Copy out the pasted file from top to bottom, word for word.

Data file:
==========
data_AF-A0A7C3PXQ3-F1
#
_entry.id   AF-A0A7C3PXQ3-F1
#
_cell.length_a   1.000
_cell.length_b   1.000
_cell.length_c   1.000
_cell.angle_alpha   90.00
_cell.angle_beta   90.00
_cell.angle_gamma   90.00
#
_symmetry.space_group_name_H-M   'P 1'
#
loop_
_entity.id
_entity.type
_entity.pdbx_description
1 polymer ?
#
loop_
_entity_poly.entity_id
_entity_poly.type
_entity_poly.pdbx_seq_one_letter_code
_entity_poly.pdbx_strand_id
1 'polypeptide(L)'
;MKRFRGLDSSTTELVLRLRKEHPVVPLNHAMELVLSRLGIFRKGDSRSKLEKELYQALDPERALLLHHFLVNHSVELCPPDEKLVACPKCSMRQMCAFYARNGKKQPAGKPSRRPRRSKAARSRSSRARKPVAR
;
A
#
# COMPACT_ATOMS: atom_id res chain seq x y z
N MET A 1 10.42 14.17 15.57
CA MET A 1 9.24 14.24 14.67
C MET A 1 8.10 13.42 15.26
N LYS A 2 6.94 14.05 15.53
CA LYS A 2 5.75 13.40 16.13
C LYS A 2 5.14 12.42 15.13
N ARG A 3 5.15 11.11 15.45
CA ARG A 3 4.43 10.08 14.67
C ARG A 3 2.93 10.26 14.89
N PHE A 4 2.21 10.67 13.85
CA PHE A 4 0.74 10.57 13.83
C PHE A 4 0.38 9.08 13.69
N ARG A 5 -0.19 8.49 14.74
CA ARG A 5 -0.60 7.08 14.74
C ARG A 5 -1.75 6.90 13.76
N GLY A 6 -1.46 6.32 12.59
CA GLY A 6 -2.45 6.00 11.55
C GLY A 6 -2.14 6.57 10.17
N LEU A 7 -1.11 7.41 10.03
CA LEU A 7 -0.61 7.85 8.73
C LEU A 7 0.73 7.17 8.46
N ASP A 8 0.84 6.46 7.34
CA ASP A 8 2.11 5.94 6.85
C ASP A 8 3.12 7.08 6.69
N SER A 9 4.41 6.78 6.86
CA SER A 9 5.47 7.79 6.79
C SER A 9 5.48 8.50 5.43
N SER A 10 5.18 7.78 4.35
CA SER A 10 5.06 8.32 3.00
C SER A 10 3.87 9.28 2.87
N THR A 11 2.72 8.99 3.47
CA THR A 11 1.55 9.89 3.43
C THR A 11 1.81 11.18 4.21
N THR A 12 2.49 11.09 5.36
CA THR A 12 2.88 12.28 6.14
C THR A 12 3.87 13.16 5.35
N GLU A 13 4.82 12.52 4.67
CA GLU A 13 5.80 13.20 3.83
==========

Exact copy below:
data_AF-A0A7C3PXQ3-F1
#
_entry.id   AF-A0A7C3PXQ3-F1
#
_cell.length_a   1.000
_cell.length_b   1.000
_cell.length_c   1.000
_cell.angle_alpha   90.00
_cell.angle_beta   90.00
_cell.angle_gamma   90.00
#
_symmetry.space_group_name_H-M   'P 1'
#
loop_
_entity.id
_entity.type
_entity.pdbx_description
1 polymer ?
#
loop_
_entity_poly.entity_id
_entity_poly.type
_entity_poly.pdbx_seq_one_letter_code
_entity_poly.pdbx_strand_id
1 'polypeptide(L)'
;MKRFRGLDSSTTELVLRLRKEHPVVPLNHAMELVLSRLGIFRKGDSRSKLEKELYQALDPERALLLHHFLVNHSVELCPPDEKLVACPKCSMRQMCAFYARNGKKQPAGKPSRRPRRSKAARSRSSRARKPVAR
;
A
#
# COMPACT_ATOMS: atom_id res chain seq x y z
N MET A 1 10.42 14.17 15.57
CA MET A 1 9.24 14.24 14.67
C MET A 1 8.10 13.42 15.26
N LYS A 2 6.94 14.05 15.53
CA LYS A 2 5.75 13.40 16.13
C LYS A 2 5.14 12.42 15.13
N ARG A 3 5.15 11.11 15.45
CA ARG A 3 4.43 10.08 14.67
C ARG A 3 2.93 10.26 14.89
N PHE A 4 2.21 10.67 13.85
CA PHE A 4 0.74 10.57 13.83
C PHE A 4 0.38 9.08 13.69
N ARG A 5 -0.19 8.49 14.74
CA ARG A 5 -0.60 7.08 14.74
C ARG A 5 -1.75 6.90 13.76
N GLY A 6 -1.46 6.32 12.59
CA GLY A 6 -2.45 6.00 11.55
C GLY A 6 -2.14 6.57 10.17
N LEU A 7 -1.11 7.41 10.03
CA LEU A 7 -0.61 7.85 8.73
C LEU A 7 0.73 7.17 8.46
N ASP A 8 0.84 6.46 7.34
CA ASP A 8 2.11 5.94 6.85
C ASP A 8 3.12 7.08 6.69
N SER A 9 4.41 6.78 6.86
CA SER A 9 5.47 7.79 6.79
C SER A 9 5.48 8.50 5.43
N SER A 10 5.18 7.78 4.35
CA SER A 10 5.06 8.32 3.00
C SER A 10 3.87 9.28 2.87
N THR A 11 2.72 8.99 3.47
CA THR A 11 1.55 9.89 3.43
C THR A 11 1.81 11.18 4.21
N THR A 12 2.49 11.09 5.36
CA THR A 12 2.88 12.28 6.14
C THR A 12 3.87 13.16 5.35
N GLU A 13 4.82 12.52 4.67
CA GLU A 13 5.80 13.20 3.83